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  28. Han Thomas Adriaenssen (2011). An Early Critic of Locke: The Anti-Scepticism of Henry Lee. Locke Studies 11:17-47.score: 24.0
    Although Henry Lee is often recognized to be an important early critic of Locke's 'way of ideas', his Anti-Scepticism (1702) has hardly received the scholarly attention it deserves. This paper seeks to fill that lacuna. It argues that Lee's criticism of Locke's alleged representationalism was original, and that it was quite different from the more familiar kind of criticism that was launched against Locke's theory of ideas by such thinkers as John Sergeant and Thomas Reid. In addition, the paper (...)
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  29. Ian Frowe (2007). 'The Politics of Faith and the Politics of Scepticism': Michael Oakeshott, Education and Extremism. British Journal of Educational Studies 55 (3):264 - 285.score: 24.0
    This paper considers a distinction between two types of politics developed by Michael Oakeshott in his book The Politics of Faith and the Politics of Scepticism (1996) and argues that the theoretical framework proposed supplies an illuminating and productive perspective for examining the notion of political extremism. These positions are linked to two other important aspects of his work, namely his account of 'enterprise' and 'civil' association and his differentiation between abstract philosophical entities and concrete political situations. There is (...)
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  30. Elia Zardini & Dylan Dodd (eds.) (2014). Contemporary Perspectives on Scepticism and Perceptual Jusification. Oxford University Press.score: 24.0
    One of the hardest problems in the history of Western philosophy has been to explain whether and how experience can provide knowledge (or even justification for belief) about the objective world outside the experiencer's mind. A prominent brand of scepticism has precisely denied that experience can provide such knowledge. How, for instance (these sceptics ask) can I know that my experiences are not produced in me by a powerful demon (or, in a modern twist on that traditional Cartesian scenario, (...)
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  31. Duncan Pritchard (2010). Doubt Undogmatized: Pyrrhonian Scepticism, Epistemological Externalism and the 'Metaepistemological' Challenge. Principia 4 (2):187-214.score: 24.0
    It has become almost a conventional wisdom to argue that Cartesian scepticism poses a far more radical sceptical threat than its classical Pyrrhonian counterpart. Such a view fails to recognise, however, that there is a species of sceptical concern that can only plausibly be regarded as captured by the Pyrrhonian strategy. For whereas Cartesian scepticism is closely tied to the contentious doctrine of epistemological internalism, it is far from obvious that Pyrrhonian scepticism bears any such theoretical commitments. (...)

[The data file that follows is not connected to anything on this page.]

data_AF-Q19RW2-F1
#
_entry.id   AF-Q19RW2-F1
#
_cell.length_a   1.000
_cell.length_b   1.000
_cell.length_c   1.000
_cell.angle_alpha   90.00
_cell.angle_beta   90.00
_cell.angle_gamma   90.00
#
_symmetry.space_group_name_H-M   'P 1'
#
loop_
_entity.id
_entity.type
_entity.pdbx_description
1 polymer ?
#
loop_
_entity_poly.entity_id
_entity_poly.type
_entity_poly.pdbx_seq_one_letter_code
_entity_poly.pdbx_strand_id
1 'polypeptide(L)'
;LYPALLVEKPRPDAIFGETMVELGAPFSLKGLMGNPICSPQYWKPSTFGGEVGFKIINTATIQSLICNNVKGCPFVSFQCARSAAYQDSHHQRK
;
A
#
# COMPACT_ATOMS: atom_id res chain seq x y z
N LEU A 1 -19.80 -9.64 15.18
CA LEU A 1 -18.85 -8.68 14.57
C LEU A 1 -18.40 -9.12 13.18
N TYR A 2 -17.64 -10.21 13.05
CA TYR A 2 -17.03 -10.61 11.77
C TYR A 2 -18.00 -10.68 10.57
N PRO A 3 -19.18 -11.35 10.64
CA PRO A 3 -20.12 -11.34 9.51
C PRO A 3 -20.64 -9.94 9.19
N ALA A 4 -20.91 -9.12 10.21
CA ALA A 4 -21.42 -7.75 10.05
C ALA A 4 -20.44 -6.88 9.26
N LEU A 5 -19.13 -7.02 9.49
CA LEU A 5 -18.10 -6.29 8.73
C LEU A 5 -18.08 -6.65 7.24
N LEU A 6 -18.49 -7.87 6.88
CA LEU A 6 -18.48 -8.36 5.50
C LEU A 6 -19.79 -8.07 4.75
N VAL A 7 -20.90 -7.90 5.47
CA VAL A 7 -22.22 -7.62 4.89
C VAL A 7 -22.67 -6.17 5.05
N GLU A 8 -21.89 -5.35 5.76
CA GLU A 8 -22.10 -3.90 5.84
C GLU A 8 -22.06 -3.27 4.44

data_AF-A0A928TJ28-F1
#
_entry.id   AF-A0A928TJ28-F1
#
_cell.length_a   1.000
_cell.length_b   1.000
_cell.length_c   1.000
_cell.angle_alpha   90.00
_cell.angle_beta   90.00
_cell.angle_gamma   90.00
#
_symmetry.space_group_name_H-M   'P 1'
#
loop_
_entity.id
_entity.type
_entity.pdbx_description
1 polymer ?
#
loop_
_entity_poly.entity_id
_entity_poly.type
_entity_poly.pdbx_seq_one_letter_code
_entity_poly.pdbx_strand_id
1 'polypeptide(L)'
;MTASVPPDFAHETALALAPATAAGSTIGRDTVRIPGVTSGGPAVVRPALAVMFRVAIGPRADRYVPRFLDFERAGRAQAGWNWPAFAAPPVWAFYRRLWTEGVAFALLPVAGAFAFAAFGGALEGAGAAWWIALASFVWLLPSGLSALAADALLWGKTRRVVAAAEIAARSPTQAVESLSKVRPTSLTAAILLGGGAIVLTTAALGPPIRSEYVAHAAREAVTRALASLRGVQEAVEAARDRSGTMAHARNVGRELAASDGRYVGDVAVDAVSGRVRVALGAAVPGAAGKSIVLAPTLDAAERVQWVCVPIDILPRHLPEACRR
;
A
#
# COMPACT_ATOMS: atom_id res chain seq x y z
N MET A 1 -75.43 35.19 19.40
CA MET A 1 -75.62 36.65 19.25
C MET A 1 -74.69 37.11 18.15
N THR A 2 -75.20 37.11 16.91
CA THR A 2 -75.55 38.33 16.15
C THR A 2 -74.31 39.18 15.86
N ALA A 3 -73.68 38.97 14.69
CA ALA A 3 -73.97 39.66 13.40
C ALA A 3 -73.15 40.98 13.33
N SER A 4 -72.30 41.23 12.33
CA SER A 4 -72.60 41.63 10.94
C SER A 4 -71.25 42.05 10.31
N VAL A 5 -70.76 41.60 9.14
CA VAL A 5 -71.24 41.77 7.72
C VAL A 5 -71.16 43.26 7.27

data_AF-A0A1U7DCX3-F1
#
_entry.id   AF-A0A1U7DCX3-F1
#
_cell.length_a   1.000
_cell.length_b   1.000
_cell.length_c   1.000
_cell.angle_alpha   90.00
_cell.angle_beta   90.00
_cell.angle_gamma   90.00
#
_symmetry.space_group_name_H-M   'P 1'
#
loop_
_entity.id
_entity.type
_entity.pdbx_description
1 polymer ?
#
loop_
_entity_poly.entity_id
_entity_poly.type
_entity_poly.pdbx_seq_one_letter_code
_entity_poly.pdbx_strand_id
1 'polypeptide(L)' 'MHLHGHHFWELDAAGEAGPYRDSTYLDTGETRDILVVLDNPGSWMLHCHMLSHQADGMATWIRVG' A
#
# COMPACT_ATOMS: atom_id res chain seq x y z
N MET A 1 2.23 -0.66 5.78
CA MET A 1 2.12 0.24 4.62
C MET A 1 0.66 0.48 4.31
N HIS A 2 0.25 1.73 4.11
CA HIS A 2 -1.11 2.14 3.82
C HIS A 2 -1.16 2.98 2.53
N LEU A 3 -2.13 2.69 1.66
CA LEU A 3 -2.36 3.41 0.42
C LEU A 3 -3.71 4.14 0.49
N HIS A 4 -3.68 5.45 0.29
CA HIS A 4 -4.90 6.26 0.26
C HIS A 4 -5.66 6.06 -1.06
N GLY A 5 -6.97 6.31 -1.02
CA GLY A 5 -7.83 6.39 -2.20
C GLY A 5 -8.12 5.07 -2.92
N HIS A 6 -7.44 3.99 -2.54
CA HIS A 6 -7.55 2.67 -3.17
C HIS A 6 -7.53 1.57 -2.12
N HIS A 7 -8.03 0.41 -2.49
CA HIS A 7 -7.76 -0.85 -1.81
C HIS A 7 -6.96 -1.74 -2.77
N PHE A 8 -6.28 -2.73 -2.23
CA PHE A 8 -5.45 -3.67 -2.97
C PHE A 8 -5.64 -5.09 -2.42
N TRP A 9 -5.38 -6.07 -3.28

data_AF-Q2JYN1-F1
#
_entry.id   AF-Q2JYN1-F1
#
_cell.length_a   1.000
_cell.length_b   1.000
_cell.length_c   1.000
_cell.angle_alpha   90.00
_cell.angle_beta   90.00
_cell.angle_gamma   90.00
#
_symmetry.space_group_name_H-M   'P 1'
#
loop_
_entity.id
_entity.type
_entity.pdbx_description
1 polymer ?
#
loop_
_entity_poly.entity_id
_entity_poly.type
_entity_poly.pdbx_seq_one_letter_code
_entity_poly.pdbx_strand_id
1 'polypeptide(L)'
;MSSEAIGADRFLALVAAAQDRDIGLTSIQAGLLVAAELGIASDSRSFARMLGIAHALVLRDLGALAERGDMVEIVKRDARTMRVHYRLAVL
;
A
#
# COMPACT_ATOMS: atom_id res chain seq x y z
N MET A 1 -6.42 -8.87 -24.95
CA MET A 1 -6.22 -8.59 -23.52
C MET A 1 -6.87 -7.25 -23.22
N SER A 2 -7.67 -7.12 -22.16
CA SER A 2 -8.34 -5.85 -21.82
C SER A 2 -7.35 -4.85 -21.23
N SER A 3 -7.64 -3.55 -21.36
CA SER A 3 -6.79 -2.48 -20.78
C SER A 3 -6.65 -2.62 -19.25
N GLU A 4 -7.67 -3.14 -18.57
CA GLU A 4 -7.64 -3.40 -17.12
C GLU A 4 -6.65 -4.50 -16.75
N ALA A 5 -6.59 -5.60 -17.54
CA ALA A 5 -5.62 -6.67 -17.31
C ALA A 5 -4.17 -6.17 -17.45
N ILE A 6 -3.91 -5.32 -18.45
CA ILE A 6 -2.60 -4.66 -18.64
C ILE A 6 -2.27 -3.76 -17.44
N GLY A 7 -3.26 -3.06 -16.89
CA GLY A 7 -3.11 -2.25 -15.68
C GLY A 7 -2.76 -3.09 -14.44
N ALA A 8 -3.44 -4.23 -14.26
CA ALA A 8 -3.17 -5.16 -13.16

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  32. Duncan Pritchard & Chris Ranalli (forthcoming). Disjunctivism and Scepticism. In Baron Reed & Diego E. Machuca (eds.), Skepticism: From Antiquity to the Present. Bloomsbury.score: 24.0
    An overview of the import of disjunctivism to the problem of radical scepticism is offered. In particular, the disjunctivist account of perceptual experience is set out, along with the manner in which it intersects with related positions such as naïve realism and intentionalism, and it is shown how this account can be used to a motivate an anti-sceptical proposal. In addition, a variety of disjunctivism known as epistemological disjunctivism is described, and it is explained how this proposal offers a (...)
     
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  33. Tim Kraft (2012). Scepticism, Infallibilism, Fallibilism. Discipline Filosofiche 22 (2):49-70.score: 24.0
    The relation of scepticism to infallibilism and fallibilism is a contested issue. In this paper I argue that Cartesian sceptical arguments, i.e. sceptical arguments resting on sceptical scenarios, are neither tied to infallibilism nor collapse into fallibilism. I interpret the distinction between scepticism and fallibilism as a scope distinction. According to fallibilism, each belief could be false, but according to scepticism all beliefs could be false at the same time. However, to put this distinction to work sceptical (...)
     
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  34. Howard Sankey (forthcoming). Scepticism, Relativism and a Naturalistic Particularism. Social Epistemology.score: 24.0
    This paper presents a particularist and naturalist response to epistemic relativism. The response is based on an analysis of the source of epistemic relativism, according to which epistemic relativism is closely related to Pyrrhonian scepticism. The paper starts with a characterization of epistemic relativism. Such relativism is explicitly distinguished from epistemological contextualism. Next the paper presents an argument for epistemic relativism that is based on the Pyrrhonian problem of the criterion. It then considers a response to the problem of (...)
     
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  35. Kenneth R. Westphal (2009). ‘Consciousness, Scepticism and the Critique of Categorial Concepts in Hegel’s 1807 Phenomenology of Spirit’. In M. Bykova & M. Solopova (eds.), Сущность и Слово. Сборник научных статей к юбилею профессора Н.В.Мотрошиловой. Phenomenology & Hermeneutics Press.score: 24.0
    This paper (in English) highlights a hitherto neglected feature of Hegel’s 1807 Phenomenology of Spirit: its critique of the content of our basic categorial concepts. It focusses on Hegel’s semantics of cognitive reference in ‘Sense Certainty’ and his use of this semantics also in ‘Perception’ and ‘Force and Understanding’. Explicating these points enables us to understand how Hegel criticizes Pyrrhonian Scepticism on internal grounds.
     
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  36. M. McGinn (1998). The Real Problem of Others: Cavell, Merleau-Ponty, and Wittgenstein on Scepticism About Other Minds. European Journal of Philosophy 6 (1):45-58.score: 21.0
  37. Benjamin T. H. Smart, Inductive Scepticism in a Humean World.score: 21.0